If there were ever a “musician’s musician,“ it was Bert Jansch (1943-2011). In the late ‘60s, while America was in the midst of the psychedelic haze, there was a fascinating scene going on in England. This was the so-called “folk revival,” and included such bands as Fairport Convention, Steeleye Span, and Pentangle. Along with John Renbourn, Jansch was a founding member of Pentangle, and their catalog remains a rich source of pleasure for all music fans.
One of the hallmarks of Jansch’s career was his desire to record in whatever configuration suited the project. Whether it was in a group environment such as Pentangle, solo, or even (with Renbourn) in a duo setting, the man stayed busy throughout his life. By the way, Stepping Stones is the title of the album Jansch and Renbourn recorded as an acoustic duo, and it is a highlight of both men’s careers.
The newly remastered 30th anniversary edition of Jansch’s long out-of-print 1982 album Heartbreak has just been released by Omnivore Recordings, and is a marvelous tribute to the artist. In 1982, I was not yet hip to Jansch, so this release is basically brand new to me. One thing about the music of Jansch is that it was his, and his alone. You will not find any nods to the particular trends of the day on Heartbreak. In other words, have no fear, Jansch had no interest in synthesizers or drum machines at a time when they were all the rage.
As for my opening comment about the respect Jansch enjoyed from his fellow musicians, actions do speak louder than words. In addition to his own shimmering acoustic guitar, Jansch is joined on Heartbreak by Albert Lee, who had just gotten off the road after touring with Eric Clapton. Lee’s additions to the album are mesmerizing.
Jansch’s voice is a remarkable instrument in itself. Depending on the mood of the song, his ability to inhabit it was exceptional. The traditional “Wild Mountain Thyme” is one example. To these ears, his voice sounds surprisingly similar to that of James Taylor. I happen to be a huge JT fan, so that comment is meant as high praise. On “Wild Mountain Thyme,” Jansch is joined by Jennifer Warnes, whose vocals add a nice element of balance to the proceedings.
“Wild Mountain Thyme” is followed by the most unusual song of the set, “Heartbreak Hotel.” It is on this track that Lee really gets a chance to cut loose on his electric guitar. It is a highly enjoyable take on the classic tune, and also provides one of the lighter moments of the album.
According Ralph McTell in the newly written liner notes for this release, Jansch was in something of a “dark place” during the time the album was recorded. Heartbreak is a great collection of songs though, both Jansch’s own compositions, and those he chose to cover. “If I Were a Carpenter” was written by Tim Hardin, yet Jansch makes it his own here. A couple of Jansch-written tracks that I would single out as highlights include “Give Me the Time,” and “Sit Down Beside Me.”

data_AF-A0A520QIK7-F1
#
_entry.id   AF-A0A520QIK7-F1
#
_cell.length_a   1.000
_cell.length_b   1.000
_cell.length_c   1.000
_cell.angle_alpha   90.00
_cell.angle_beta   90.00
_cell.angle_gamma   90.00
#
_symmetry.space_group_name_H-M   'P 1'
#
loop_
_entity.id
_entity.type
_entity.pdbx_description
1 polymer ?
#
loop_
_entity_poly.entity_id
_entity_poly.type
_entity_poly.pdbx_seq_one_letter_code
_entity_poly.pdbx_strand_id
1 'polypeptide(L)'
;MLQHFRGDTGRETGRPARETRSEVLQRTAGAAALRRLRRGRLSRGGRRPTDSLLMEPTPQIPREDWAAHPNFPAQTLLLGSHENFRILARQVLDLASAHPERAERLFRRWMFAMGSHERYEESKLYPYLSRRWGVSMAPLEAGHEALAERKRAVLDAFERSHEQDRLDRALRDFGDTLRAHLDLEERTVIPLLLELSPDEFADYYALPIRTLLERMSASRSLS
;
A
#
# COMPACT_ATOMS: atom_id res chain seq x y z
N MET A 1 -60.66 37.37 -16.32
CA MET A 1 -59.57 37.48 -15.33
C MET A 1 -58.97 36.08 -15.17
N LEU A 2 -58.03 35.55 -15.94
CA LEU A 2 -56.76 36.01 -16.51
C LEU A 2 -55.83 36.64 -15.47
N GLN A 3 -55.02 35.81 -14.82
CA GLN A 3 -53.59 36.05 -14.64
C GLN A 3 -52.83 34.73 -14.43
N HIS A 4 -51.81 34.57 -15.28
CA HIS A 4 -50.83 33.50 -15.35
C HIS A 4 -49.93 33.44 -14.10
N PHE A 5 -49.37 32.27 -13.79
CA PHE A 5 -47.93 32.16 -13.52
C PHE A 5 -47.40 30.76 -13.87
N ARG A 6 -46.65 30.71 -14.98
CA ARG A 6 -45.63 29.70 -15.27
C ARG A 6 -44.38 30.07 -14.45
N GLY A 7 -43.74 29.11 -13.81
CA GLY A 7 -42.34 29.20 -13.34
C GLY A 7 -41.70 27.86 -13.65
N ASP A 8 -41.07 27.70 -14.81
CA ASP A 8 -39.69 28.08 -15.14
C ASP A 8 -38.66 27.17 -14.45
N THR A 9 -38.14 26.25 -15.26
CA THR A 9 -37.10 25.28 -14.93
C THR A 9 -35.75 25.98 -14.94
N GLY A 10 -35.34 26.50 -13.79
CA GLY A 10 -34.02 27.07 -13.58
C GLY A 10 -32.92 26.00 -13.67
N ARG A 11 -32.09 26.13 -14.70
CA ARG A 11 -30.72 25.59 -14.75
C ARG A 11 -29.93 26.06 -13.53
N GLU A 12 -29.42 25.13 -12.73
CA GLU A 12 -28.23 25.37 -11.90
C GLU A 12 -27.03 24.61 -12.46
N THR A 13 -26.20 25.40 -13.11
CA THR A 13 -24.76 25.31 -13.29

I have always been a little jealous of the fact that a friend of mine had the good fortune to see Jansch in concert about a year prior to his death. I guess I skipped the show thinking that I would have plenty of opportunities to see him in the future. Although it is nowhere near as special as having actually seen the performance, the CD version of Heartbreak does include a bonus live disc. The concert was recorded around the time of the sessions for the album.
The intimate set was at McCabe’s Guitar Shop (Santa Monica, California) in June 1981. The material is previously unreleased, and we are fortunate that Heartbreak producers Rick and John Chelew decided to record this show for posterity. Jansch played a few gigs around southern California during this time, just to kind of “loosen up” in front of a live audience. The 14-song performance runs 48:16, and is simply Jansch and his acoustic guitar. It is a wonderful addition to the studio album.
Omnivore Recordings have made their 30th anniversary edition of Heartbreak special in other ways as well. They exhibit a deep and abiding respect for Jansch, beginning with the timing of the release, which coincided with what would have been his 69th birthday, November 3, 2012. They have also pressed the initial 1500 copies of the LP on clear vinyl. Subsequent releases will be on the traditional black vinyl.
As big a fan of vinyl as I am though, if I were to recommend one format for Heartbreak, I would have to go with the double-CD version. Unfortunately, the LP edition does not include the concert, which is almost as great as the album itself.
Actually, you should probably just get both, although with only 1500 copies pressed on the clear vinyl, my guess is that you will need to act quickly to obtain one. Although he is no longer with us, Bert Jansch left behind an extraordinary legacy of music. This 30th anniversary edition of Heartbreak is a splendid tribute to him, and to one of the finest recordings of his illustrious career.